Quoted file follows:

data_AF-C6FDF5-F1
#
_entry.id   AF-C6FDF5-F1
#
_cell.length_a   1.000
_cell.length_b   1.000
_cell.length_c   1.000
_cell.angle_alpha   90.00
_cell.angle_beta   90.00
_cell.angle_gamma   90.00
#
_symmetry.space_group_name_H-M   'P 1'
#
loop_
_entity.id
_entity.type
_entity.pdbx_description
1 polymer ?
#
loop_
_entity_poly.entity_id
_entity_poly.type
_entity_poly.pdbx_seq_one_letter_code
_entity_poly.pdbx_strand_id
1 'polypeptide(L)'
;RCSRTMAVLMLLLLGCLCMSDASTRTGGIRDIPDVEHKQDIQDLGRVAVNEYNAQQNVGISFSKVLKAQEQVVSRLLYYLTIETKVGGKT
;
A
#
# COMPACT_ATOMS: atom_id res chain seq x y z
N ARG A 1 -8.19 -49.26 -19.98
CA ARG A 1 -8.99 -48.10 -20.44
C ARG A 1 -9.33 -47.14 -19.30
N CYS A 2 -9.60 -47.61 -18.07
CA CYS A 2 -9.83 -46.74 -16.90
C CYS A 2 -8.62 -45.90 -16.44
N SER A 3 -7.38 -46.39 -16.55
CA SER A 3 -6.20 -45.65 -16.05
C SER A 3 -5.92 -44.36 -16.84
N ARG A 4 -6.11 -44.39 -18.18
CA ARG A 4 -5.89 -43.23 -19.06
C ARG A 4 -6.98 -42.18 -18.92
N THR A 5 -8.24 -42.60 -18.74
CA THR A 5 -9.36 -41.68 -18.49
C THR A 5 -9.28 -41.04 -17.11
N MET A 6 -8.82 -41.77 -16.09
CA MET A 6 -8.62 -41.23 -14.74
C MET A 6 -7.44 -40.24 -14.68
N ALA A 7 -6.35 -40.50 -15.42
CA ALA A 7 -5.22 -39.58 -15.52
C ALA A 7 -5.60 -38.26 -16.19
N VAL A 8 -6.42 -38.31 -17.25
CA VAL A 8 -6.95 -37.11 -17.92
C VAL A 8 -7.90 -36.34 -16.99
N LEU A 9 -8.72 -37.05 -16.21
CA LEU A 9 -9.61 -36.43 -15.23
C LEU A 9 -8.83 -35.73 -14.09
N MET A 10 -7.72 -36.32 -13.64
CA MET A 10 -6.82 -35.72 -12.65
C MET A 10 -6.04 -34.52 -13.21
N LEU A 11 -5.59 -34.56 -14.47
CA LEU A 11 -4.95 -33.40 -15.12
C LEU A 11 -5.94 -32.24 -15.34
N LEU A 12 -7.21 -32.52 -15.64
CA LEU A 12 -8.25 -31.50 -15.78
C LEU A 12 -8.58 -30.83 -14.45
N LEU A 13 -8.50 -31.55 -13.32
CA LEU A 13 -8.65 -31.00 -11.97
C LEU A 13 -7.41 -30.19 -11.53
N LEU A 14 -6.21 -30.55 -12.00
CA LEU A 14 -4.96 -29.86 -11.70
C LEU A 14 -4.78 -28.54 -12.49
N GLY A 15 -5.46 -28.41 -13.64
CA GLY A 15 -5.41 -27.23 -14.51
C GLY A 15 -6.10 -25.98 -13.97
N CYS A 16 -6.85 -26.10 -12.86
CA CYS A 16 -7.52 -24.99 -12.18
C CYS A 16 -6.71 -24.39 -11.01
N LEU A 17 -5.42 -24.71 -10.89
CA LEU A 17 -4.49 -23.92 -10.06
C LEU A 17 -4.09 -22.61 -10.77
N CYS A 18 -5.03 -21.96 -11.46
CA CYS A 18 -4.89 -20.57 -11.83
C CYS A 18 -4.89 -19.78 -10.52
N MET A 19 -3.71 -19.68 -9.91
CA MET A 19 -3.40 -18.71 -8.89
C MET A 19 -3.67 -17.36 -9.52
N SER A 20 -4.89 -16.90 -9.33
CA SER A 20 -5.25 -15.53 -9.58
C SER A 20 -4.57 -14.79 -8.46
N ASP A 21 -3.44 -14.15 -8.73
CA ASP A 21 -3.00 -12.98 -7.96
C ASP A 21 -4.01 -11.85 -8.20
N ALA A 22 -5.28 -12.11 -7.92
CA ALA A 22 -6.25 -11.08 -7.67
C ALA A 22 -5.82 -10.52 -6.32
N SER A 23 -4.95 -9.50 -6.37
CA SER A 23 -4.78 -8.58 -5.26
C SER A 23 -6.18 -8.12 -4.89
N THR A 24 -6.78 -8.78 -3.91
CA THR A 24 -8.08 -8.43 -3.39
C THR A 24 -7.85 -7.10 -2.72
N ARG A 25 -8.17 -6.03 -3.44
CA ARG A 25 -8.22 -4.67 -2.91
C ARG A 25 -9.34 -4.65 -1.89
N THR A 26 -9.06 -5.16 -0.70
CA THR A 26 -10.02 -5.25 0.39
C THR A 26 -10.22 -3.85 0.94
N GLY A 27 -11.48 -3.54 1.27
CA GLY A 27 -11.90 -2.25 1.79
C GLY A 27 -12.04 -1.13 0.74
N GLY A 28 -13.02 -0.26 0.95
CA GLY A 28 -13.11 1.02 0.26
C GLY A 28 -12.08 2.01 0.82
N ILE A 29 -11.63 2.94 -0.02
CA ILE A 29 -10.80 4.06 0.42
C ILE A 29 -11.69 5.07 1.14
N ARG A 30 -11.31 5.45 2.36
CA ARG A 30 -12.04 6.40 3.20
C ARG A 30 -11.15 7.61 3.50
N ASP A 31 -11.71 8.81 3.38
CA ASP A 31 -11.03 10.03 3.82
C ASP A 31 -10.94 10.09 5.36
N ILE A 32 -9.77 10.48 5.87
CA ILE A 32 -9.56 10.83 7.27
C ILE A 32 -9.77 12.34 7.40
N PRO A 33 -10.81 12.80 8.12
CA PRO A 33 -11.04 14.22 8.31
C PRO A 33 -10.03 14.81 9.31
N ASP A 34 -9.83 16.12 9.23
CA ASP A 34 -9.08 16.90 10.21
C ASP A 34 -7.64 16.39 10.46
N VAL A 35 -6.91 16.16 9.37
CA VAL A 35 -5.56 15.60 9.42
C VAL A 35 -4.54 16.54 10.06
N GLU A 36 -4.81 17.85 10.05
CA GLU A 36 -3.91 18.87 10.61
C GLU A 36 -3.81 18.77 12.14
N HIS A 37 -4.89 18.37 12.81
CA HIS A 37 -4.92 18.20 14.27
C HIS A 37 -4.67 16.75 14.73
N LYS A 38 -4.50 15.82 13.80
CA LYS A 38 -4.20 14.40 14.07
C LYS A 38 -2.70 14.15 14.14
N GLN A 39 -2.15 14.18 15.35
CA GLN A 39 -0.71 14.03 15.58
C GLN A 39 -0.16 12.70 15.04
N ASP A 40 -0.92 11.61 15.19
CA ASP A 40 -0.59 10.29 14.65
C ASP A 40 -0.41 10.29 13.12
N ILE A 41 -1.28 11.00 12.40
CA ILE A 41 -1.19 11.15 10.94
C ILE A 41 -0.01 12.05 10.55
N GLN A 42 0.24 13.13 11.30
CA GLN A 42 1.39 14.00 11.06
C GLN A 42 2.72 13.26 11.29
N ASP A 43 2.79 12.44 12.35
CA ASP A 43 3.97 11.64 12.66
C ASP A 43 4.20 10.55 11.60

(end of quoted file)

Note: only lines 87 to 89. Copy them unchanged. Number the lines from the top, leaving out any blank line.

C MET A 19 -3.67 -17.36 -9.52
N SER A 20 -4.89 -16.90 -9.33
CA SER A 20 -5.25 -15.53 -9.58